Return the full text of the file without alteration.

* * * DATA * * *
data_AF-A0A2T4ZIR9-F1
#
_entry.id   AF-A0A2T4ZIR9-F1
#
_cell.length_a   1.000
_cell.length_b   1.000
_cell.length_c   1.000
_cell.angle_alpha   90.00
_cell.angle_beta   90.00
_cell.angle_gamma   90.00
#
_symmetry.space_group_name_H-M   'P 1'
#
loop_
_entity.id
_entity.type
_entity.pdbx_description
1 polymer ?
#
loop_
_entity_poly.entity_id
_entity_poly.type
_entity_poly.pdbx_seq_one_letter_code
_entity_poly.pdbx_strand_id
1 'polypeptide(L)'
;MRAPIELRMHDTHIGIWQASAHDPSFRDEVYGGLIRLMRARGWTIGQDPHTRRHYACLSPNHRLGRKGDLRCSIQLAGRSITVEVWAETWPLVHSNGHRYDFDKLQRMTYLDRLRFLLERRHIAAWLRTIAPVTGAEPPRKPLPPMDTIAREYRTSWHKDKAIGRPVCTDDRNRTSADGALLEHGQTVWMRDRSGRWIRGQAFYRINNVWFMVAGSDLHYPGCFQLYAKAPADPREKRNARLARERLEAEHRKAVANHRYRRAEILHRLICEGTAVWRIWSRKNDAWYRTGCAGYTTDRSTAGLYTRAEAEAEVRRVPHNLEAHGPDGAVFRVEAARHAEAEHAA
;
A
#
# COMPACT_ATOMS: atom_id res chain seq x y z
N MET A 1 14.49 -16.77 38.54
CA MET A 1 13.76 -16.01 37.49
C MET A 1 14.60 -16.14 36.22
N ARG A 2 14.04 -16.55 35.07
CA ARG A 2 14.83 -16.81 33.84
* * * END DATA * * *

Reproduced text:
data_AF-A0A2T4ZIR9-F1
#
_entry.id   AF-A0A2T4ZIR9-F1
#
_cell.length_a   1.000
_cell.length_b   1.000
_cell.length_c   1.000
_cell.angle_alpha   90.00
_cell.angle_beta   90.00
_cell.angle_gamma   90.00
#
_symmetry.space_group_name_H-M   'P 1'
#
loop_
_entity.id
_entity.type
_entity.pdbx_description
1 polymer ?
#
loop_
_entity_poly.entity_id
_entity_poly.type
_entity_poly.pdbx_seq_one_letter_code
_entity_poly.pdbx_strand_id
1 'polypeptide(L)'
;MRAPIELRMHDTHIGIWQASAHDPSFRDEVYGGLIRLMRARGWTIGQDPHTRRHYACLSPNHRLGRKGDLRCSIQLAGRSITVEVWAETWPLVHSNGHRYDFDKLQRMTYLDRLRFLLERRHIAAWLRTIAPVTGAEPPRKPLPPMDTIAREYRTSWHKDKAIGRPVCTDDRNRTSADGALLEHGQTVWMRDRSGRWIRGQAFYRINNVWFMVAGSDLHYPGCFQLYAKAPADPREKRNARLARERLEAEHRKAVANHRYRRAEILHRLICEGTAVWRIWSRKNDAWYRTGCAGYTTDRSTAGLYTRAEAEAEVRRVPHNLEAHGPDGAVFRVEAARHAEAEHAA
;
A
#
# COMPACT_ATOMS: atom_id res chain seq x y z
N MET A 1 14.49 -16.77 38.54
CA MET A 1 13.76 -16.01 37.49
C MET A 1 14.60 -16.14 36.22
N ARG A 2 14.04 -16.55 35.07
CA ARG A 2 14.83 -16.81 33.84